31Given their punitive nature, pecuniary penalties raise double jeopardy concerns. The principle against double punishment means that in principle a statutory bar should be in place against double punishment through imposition of a pecuniary penalty and a criminal penalty for the “same conduct”.
32Double jeopardy also protects individuals against the stress and financial burden of being pursued through the courts twice for the purpose of penalising the same conduct. Pecuniary penalty statutes should usually provide that once criminal proceedings have been determined there should be no pecuniary penalty proceedings based on the same conduct, and vice versa.
33We accept that in rare cases, there could be a rational reason for allowing a pecuniary penalty and imprisonment for the same conduct. However, this would only be appropriate where a specific statutory breach could encompass a range of conduct from the truly inadvertent through to intentional conduct with knowledge of substantial harm. For these types of breaches we accept a case may be made that a pecuniary penalty statute may provide for imposition of imprisonment after a pecuniary penalty if subsequent evidence comes to light.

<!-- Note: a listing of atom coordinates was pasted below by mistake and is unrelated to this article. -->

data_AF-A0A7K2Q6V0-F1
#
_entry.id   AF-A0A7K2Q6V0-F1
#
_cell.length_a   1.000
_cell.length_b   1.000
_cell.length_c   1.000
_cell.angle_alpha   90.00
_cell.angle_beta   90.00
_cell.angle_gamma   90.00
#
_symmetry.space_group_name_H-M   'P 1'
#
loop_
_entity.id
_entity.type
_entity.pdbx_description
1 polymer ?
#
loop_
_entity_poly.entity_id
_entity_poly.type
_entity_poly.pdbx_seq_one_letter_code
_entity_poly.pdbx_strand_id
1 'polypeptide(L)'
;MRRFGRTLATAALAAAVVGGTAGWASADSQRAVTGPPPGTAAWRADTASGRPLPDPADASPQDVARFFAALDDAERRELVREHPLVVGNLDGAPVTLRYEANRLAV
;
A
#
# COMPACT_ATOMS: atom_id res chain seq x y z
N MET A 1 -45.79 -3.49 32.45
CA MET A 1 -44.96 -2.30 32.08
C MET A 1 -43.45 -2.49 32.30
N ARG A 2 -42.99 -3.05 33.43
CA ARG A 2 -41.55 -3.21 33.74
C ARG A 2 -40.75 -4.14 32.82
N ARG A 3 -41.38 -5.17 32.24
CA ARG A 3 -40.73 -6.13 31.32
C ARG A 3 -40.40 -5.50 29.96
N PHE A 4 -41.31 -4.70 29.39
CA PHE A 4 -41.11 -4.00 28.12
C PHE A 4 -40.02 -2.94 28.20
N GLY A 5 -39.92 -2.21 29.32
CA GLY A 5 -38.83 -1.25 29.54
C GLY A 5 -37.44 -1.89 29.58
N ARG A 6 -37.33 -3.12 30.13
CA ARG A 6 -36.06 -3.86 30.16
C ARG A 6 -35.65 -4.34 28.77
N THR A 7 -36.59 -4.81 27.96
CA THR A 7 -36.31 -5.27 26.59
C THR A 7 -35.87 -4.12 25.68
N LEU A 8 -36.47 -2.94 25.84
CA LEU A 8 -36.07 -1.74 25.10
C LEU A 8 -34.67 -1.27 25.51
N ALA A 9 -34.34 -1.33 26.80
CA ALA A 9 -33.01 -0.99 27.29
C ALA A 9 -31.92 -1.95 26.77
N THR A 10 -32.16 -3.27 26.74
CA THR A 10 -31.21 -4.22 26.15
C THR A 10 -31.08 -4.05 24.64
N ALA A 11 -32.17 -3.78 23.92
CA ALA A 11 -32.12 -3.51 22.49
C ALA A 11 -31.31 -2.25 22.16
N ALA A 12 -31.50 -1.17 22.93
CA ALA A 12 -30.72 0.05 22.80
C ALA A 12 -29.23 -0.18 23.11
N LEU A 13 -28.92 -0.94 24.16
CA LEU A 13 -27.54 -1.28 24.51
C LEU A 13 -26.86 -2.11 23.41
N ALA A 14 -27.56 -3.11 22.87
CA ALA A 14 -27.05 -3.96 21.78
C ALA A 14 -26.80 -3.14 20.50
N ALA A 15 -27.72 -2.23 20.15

34We also note in Chapter 10 that policymakers should give thought to whether a series of related acts constitutes “the same conduct” and if so how this may be expressed in legislation. Otherwise, issues are likely to arise about the similarity or otherwise of the conduct, acts, transactions in issue, or similar, that are being targeted by the pecuniary penalty provision.
35We conclude in Chapter 11 that pecuniary penalties should not be precluded from being used where mens rea is a relevant element of the contravention and there may be an aspect of moral blameworthiness. Precluding this could unduly limit their scope, and since pecuniary penalties have a punitive function they may be used to target morally blameworthy conduct. Mens rea may therefore be a required element.
36We note that, as there are no settled principles to determine the approach to the mental element of a pecuniary penalty provision that is silent as to fault, the provisions should be as clear as possible as to the required mental element.
37The LAC Guidelines that provide guidance about the use of strict liability offences – those with no specific mental element – apply equally to pecuniary penalties. These factors should form the basis for guidance as to the use of strict liability pecuniary penalties. For clarity, strict liability provisions should state that they are imposed on the basis of strict liability and statutes should explicitly identify any applicable defences.